How TikTok is revamping its ad business ahead of Apple's new privacy rules
TikTok is racing to evolve its advertising business ahead of Apple’s new privacy controls, which are expected to drop in a matter of weeks when the iPhone maker issues its next iOS 14 software update.
Apple's new rules will essentially make it more difficult for apps and advertisers to track consumers across the web, deliver targeted and retargeted ads, find new customers and measure ad performance. Naturally, brands are concerned about what it means for their businesses and their ability to conduct meaningful online ad campaigns.
In response to the changes, TikTok is beefing up its internal consumer-tracking powers and developing new tools. Advertisers say that the Chinese-owned social video app has been testing new methods of gathering data, including building a more powerful pixel for marketers. Pixels are digital codes that marketers put on their websites and apps to record consumer activity, such as when a user clicks on a product image or makes a purchase. Facebook, Snapchat and TikTok all have pixels that take data collected on a marketer’s website and turn it into personalized advertising on the social media platforms.
“[TikTok has] a beta test out right now that allows their pixel to be a little bit more dynamic and do some advanced matching,” says Danisha Lomax, VP and group director of paid social at Digitas. “Matching” is the process of taking data from a pixel and applying it to retarget a consumer on an app like TikTok. Matching is successful when a brand has an email address or other identifier that can be linked to a signed-in user on another app.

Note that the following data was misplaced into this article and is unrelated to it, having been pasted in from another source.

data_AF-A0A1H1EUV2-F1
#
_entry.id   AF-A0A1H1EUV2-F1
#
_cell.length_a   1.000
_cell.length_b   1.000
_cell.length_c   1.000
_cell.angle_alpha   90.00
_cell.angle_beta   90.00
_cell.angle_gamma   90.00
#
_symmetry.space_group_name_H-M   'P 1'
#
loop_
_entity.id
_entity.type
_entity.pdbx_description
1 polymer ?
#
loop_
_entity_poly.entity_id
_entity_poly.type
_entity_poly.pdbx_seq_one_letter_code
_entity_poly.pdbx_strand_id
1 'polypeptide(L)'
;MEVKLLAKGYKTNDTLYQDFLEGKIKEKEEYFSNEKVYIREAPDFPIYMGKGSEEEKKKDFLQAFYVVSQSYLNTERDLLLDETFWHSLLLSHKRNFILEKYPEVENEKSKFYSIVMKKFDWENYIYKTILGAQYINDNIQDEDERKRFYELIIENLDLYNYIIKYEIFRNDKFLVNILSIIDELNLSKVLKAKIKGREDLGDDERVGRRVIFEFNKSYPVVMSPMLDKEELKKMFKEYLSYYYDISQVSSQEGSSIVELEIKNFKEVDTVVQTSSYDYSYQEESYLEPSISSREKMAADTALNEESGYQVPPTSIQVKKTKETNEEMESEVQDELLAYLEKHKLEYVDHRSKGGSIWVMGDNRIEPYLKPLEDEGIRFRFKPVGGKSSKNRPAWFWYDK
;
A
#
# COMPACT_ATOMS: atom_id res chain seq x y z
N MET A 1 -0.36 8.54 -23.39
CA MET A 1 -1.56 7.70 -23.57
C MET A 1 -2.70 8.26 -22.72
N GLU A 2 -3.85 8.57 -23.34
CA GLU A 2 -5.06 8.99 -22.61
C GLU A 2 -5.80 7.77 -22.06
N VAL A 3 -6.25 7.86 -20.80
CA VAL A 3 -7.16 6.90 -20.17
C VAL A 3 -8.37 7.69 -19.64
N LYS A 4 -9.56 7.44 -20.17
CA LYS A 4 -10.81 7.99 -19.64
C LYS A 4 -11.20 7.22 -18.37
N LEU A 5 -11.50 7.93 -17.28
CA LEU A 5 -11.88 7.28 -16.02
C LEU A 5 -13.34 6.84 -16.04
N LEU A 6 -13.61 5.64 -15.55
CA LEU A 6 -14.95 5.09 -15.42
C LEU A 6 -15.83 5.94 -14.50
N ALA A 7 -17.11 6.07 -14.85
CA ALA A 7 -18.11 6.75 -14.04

Pixels will still be mostly operational under Apple’s upcoming privacy changes, because they collect “first-party” data—that is, data picked up directly by the brand—and consumers theoretically consent to its use when they click on a privacy notice on a website or app. However, what will change is the number of consumers eligible for matching with personalized ads, because that depends on whether the consumer consents to such ads on apps like TikTok, Snapchat or Facebook.
Last week, TikTok started giving advertisers and consumers more guidance about how advertising will change. TikTok said it would auto-enroll users into personalized ads based on their activity while they are on the app. But TikTok users will still have the option to prohibit advertisers from targeting them on the app based on data collected from TikTok.
The users that opt-out of data gleaned off-site will make even an enhanced pixel less powerful.
The change is a subtle one, but it represents a broader shift in how brands will advertise across social once Apple’s privacy rules are in effect. Social media sites—TikTok, Snapchat, Facebook, Pinterest, Twitter and others—will rely more heavily on building profiles of users within their walls that could help fill out the picture of who they are as consumers and hopefully still enable effective ad campaigns.
For brands, they will need to re-evaluate how the analyze data from the platforms and what data they prioritize in arranging ad campaigns, Lomax says. Brands are starting to develop these strategies to be ready for the new generation of internet advertising, where the old methods of one-to-one consumer tracking are clouded.